7.16.2016

GRILLED ZUCCHINI SALAD // elspeth


Reader Bruce, wherever you are out there, thank you for the suggestion. I am now hooked on Ray Bradbury, halfway through Dandelion Wine. The spine of the book with the library tag calls it SCI-FI, which I am still trying to understand. Leo is trying to build a happiness machine, yes, and it's 1920 and the world is on the point of tipping straight into the mechanized future. But kids and dogs are running free all over town and Mrs. Bentley is buying everyone chocolate popsicles from the ice cream truck and the smell of fresh cut grass makes Grandfather sing. Aren't these the things that real, every day summer are and should be all about? Yes, I say, definitely.


Also, grilling. Fridays recently we've been cooking outside, because whether there are friends around or it's just us it keeps seeming like the right thing to do. I've been buying hot dogs from Tim at Cape Cod Organic Farm and ground beef from Seawind Meadows and today I went out on a limb and got some ribs and linguica from Tim. Grilling lends itself nicely to fridge cleanup, so Fridays before the Saturday market I've been pulling out the last asparagus and the handful of fresh onions and the last ear of corn and forgotten bags of green beans. Last night I searched around for a proper recipe that might work through a bunch of basil and two zucchinis and a bag of arugula, and what we came up with was a pesto and balsamic dressed salad straight off the grill. We ate it alongside hamburgers packed with more basil and some garlic, and Nora discovered the wonder that is anything dipped in mayo. Afterward we hosed her down and read some Uncle Wiggily, and now, finally, I have a proper recipe for you.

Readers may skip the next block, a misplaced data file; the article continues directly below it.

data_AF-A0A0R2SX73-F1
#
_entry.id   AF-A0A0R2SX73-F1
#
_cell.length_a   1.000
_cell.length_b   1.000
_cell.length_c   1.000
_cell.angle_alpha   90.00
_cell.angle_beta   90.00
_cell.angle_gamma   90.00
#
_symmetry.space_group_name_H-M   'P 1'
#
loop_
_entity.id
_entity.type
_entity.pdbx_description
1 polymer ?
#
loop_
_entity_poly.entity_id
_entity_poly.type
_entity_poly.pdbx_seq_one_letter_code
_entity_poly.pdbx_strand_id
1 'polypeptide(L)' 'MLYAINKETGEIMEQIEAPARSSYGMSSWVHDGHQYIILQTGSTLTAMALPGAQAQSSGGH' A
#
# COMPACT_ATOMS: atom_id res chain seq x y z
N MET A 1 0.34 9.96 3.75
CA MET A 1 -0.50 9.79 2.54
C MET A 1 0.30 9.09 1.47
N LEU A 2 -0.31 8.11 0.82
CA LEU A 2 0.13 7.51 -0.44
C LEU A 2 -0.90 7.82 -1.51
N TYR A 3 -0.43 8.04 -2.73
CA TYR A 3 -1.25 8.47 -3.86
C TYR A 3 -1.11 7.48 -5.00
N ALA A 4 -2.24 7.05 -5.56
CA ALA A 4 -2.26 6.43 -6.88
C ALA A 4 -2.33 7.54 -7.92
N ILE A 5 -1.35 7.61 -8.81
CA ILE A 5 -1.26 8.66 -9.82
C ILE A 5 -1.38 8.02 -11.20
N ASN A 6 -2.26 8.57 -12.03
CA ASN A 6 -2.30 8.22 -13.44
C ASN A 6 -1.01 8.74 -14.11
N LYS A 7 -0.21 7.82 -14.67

GRILLED ZUCCHINI SALAD

The inspiration for this salad came from a grilled zucchini and summer squash dish in the July 1999 issue of Bon App├ętit. Balsamic and pesto go surprisingly well together, and the chickpeas make it a bit more filling.

2 medium zucchinis, trimmed and cut into 1/4-inch thick strips lengthwise
olive oil
sea salt to taste
leaves from 1 large bunch basil
3 large cloves garlic
1/3-1/2 cup fresh Parmesan, thinly grated or sliced
2 tablespoons balsamic vinegar
2 large handfuls of arugula
1/3 cup chickpeas or other white beans

Arrange the zucchini slices in a large baking dish and drizzle with olive oil. Sprinkle with sea salt and grill, turning occasionally, until tender and blackened in spots, about 10 minutes. 

Meanwhile, make the pesto by pulsing together the basil, garlic, Parmesan, and 1/3 cup olive oil in a food processor. Season with sea salt to taste. Pour 2 tablespoons of olive oil into a small bowl and mix in 1 and 1/2 tablespoons of pesto. Check the consistency: if you want it a bit runnier, add more oil, if you want it thicker, add more pesto. Set aside remaining pesto for another use (pasta, caprese salad, sandwich spread, etc.).

Arrange the arugula evenly in a serving dish. Sprinkle the chickpeas over the greens and layer the grilled zucchini on top. Drizzle with the balsamic and the pesto-oil mixture and toss lightly before serving.